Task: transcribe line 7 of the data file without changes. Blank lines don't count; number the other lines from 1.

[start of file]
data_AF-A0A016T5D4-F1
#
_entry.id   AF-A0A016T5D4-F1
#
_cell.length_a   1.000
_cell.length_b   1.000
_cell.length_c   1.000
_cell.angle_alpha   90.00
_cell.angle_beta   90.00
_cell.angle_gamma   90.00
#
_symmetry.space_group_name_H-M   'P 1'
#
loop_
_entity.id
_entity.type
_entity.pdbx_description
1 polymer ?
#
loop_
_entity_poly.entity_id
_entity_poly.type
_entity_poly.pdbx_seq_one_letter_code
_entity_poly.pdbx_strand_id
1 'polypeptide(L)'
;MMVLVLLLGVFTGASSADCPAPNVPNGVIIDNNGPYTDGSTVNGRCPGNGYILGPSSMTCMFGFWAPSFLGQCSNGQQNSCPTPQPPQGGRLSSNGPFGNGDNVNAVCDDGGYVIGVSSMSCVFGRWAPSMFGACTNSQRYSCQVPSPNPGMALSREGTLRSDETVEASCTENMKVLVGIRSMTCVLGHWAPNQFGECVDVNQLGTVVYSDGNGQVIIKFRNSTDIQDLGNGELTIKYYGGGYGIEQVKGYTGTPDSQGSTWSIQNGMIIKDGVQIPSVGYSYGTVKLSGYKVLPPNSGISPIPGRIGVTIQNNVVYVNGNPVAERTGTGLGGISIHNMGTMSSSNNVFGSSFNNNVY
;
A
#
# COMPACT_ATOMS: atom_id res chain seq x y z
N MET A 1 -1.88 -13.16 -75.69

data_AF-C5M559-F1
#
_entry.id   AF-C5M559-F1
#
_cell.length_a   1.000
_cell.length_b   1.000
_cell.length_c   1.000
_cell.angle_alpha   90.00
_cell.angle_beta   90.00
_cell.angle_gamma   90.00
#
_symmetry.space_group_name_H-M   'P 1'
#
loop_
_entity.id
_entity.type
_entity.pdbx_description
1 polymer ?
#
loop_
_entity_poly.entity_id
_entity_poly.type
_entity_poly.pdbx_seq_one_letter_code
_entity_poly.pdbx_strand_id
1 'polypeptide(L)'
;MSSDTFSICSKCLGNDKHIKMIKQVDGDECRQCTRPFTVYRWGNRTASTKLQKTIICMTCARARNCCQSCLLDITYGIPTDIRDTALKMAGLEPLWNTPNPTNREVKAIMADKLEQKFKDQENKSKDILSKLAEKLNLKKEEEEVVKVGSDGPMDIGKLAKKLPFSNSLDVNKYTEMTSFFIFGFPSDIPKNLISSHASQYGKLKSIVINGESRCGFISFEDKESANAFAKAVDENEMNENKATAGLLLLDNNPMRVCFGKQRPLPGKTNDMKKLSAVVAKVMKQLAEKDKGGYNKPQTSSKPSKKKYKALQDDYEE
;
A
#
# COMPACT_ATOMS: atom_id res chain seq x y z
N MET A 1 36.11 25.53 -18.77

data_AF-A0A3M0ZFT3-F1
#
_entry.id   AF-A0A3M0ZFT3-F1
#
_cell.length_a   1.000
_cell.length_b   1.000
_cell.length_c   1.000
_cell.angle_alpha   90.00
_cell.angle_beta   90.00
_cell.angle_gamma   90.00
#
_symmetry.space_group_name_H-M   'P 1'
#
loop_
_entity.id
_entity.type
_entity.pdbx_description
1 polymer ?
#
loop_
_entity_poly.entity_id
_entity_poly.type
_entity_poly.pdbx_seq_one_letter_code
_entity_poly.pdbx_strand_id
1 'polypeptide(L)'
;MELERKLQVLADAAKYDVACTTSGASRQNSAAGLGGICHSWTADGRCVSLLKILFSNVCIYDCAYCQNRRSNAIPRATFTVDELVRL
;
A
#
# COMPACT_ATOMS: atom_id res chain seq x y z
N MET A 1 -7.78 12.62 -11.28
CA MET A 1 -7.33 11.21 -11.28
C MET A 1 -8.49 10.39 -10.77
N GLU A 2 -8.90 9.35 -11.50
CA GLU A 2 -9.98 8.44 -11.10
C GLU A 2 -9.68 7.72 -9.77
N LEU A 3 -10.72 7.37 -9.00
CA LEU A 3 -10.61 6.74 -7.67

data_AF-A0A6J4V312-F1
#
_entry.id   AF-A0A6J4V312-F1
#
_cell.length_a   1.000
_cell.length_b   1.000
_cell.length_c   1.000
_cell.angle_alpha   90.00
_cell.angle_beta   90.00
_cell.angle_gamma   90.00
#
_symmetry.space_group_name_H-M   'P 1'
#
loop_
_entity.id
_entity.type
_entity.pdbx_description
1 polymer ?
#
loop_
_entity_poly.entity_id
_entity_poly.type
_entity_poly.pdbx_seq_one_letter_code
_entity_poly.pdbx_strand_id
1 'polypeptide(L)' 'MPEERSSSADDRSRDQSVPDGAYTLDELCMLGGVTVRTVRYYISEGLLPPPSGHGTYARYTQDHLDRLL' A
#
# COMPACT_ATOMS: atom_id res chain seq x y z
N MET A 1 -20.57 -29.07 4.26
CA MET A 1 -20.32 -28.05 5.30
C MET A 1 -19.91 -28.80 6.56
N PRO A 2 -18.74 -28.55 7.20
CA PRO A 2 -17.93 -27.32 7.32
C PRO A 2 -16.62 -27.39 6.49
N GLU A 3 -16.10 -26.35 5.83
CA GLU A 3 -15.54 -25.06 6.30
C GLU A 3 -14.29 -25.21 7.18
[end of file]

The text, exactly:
_cell.length_c   1.000